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seen in the sky at night, nearly opposite the point which is at the time occupied by the sun on the opposite side of the globe. It is near the ecliptic, but appears two or three degrees away from exact opposition to the sun. It seems agreed that the Gegenschein is not atmospheric, but rather meteoric, being a reflection from some collection of meteors. The problem set before astronomers is to identify the meteors. A theory that they are connected with the asteroidal zone, or mass of meteors of which the known and numbered asteroids are conspicuous examples, has, according to Professor Barnard, "much in its favor, but there are objections to the theory which can not easily be reconciled with the observed facts." Mr. J. Evershed, of Kenley, England, assumes the Gegenschein to be a tail to the earth, produced by the escape of molecules of hydrogen and helium away from the globe in a direction opposite to the sun—much as a comet's tail is formed. Other observers suppose it to be connected with the zodiacal light or band, which is regarded as a body of meteors connected with the earth and accompanying it, and is plainly visible in the western sky after sunset in the spring, rising from the place of the sun toward the zenith; and Mr. William Anderson, of Madeira, publishes a figure with a demonstration, in The Observatory, to show how its place and appearance may be accounted for on this supposition. The Gegenschein has been compared in a homely way to the radiance which may be seen around the shadows of our heads cast by the sun upon the dewy grass early on a bright summer morning.


Literature for Children.—Mr. Richard le Gallienne, in an article published in the Boston Transcript, laments the flood of rubbish that is poured out under the guise of children's books. The subject of literature for children is discussed in the Studies of the Colorado Scientific Society by Prof. E. S. Parsons, who remarks that three of the greatest classics of childhood were not written for children at all. "Pilgrim's Progress was a new type of sermon written by the tinker preacher in his prison cell at Bedford; Robinson Crusoe was a pseudo-history from the pen of one of the first great English realists; Gulliver's Travels was a political satire by the greatest of English satirists. The same thing is true of the stories of the Bible, of the Arabian Nights, of the folklore which strikes a sympathetic chord at once in the child's nature.… Child study, then, reveals the fact that the child nature is the counterpart of what is best in books—that children can appreciate literature." A friend of Professor Parsons wrote him of her daughter, nine years old, being very fond of her father's library, and "simply devoted" to the Bible and the plays of Shakespeare. Harriet Martineau, when a child, "devoured all of Shakespeare," sitting on a footstool and reading by firelight, and making shirts, with Goldsmith or Thomson or Milton where she could glance at them occasionally. Another of Professor Parsons's friends read "all of Goethe's Faust with his little thirteen-year-old girl, to her great enjoyment," and the little girl afterward read alone all of Chaucer's Canterbury Tales. "Many teachers have found young children delighted with Dante." These incidents and others point to the inference that it is not necessary to go outside of the world's great literature for fit material for a child's imaginative and emotional nature. One of Mr. Le Gallienne's main conclusions is that it is very hard to guess beforehand what the child will like.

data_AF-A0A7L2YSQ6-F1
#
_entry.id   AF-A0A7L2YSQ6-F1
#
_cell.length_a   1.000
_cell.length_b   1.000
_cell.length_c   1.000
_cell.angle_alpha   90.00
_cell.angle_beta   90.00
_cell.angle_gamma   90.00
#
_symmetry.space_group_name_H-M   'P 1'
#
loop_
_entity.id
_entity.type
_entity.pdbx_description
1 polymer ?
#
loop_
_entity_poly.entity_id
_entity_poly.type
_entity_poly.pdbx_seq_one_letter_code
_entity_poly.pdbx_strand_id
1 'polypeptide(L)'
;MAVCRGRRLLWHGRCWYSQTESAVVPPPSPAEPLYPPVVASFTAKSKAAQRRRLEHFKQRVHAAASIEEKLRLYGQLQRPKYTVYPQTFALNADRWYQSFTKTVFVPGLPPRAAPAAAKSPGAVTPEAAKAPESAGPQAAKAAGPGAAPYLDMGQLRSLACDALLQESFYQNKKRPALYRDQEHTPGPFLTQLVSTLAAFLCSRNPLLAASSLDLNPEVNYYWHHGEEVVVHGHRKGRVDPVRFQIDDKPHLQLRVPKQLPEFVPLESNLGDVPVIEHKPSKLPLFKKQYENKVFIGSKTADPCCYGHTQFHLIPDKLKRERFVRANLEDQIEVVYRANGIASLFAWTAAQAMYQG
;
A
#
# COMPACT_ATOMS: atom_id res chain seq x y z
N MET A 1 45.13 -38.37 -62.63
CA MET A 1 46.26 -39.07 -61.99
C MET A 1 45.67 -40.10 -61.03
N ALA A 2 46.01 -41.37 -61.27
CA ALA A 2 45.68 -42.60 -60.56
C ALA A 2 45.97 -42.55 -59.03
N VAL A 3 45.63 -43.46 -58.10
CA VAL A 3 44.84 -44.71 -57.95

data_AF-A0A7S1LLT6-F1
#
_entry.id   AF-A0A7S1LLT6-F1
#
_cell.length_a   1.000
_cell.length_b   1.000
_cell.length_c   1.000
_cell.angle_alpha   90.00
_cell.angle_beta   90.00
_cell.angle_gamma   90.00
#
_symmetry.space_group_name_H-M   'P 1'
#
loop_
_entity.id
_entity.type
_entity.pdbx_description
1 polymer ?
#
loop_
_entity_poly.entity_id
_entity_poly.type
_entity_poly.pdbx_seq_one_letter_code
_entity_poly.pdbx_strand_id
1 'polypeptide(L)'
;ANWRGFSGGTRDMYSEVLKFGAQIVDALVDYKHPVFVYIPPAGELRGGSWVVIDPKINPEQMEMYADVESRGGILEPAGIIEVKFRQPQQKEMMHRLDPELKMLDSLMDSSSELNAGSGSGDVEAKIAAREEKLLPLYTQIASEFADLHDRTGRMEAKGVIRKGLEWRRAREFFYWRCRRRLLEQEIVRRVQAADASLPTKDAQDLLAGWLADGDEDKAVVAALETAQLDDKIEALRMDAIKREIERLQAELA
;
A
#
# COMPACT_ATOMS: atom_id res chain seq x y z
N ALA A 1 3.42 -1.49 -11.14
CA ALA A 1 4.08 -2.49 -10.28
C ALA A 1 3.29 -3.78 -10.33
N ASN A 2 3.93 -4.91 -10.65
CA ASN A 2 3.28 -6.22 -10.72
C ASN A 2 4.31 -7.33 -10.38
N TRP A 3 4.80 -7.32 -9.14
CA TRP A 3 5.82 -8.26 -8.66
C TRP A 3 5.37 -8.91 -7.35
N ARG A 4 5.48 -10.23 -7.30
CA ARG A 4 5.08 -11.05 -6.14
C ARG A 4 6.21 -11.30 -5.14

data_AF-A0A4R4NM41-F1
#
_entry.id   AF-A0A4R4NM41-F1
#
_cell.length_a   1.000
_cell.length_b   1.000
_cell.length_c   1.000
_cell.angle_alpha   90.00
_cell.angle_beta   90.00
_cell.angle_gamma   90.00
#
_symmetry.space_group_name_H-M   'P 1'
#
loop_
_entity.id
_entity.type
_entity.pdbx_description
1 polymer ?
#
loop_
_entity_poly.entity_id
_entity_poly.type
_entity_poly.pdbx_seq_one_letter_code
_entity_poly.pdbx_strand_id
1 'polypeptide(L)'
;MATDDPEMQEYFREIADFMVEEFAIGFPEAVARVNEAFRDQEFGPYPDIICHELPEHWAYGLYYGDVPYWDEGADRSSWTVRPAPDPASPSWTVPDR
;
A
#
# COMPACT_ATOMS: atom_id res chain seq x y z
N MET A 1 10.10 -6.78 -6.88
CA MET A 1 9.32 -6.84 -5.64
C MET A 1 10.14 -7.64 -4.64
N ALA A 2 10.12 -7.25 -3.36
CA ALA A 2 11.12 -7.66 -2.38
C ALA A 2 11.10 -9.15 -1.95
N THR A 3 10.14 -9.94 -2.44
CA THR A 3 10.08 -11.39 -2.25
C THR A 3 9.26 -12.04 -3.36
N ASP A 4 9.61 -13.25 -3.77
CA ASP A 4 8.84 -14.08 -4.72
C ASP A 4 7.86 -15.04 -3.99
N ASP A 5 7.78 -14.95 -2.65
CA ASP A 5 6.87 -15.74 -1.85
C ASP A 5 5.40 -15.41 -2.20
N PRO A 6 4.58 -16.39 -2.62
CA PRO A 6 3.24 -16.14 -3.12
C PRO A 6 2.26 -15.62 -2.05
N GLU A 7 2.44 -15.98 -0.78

Geography and Exploration in 1899.—No great geographical discoveries were recorded during 1899, but much good work was done in exploration. Considerable interest has been taken in preparing expeditions of antarctic research, of which a Belgian expedition has returned with some important results, and Mr. Borchgrevink has begun work at Cape Adar, on the antarctic mainland. The search for Andrée has helped increase our knowledge of parts of the arctic coast. In Asia, Captain Deasy has laid down the whole of the before unknown course of the Yarkand River, and has furnished other information concerning little-known regions; and other surveys and explorations have been diligently prosecuted. About as much may be said of Africa, where "the want of adequate exploration of the mountainous regions on the borders of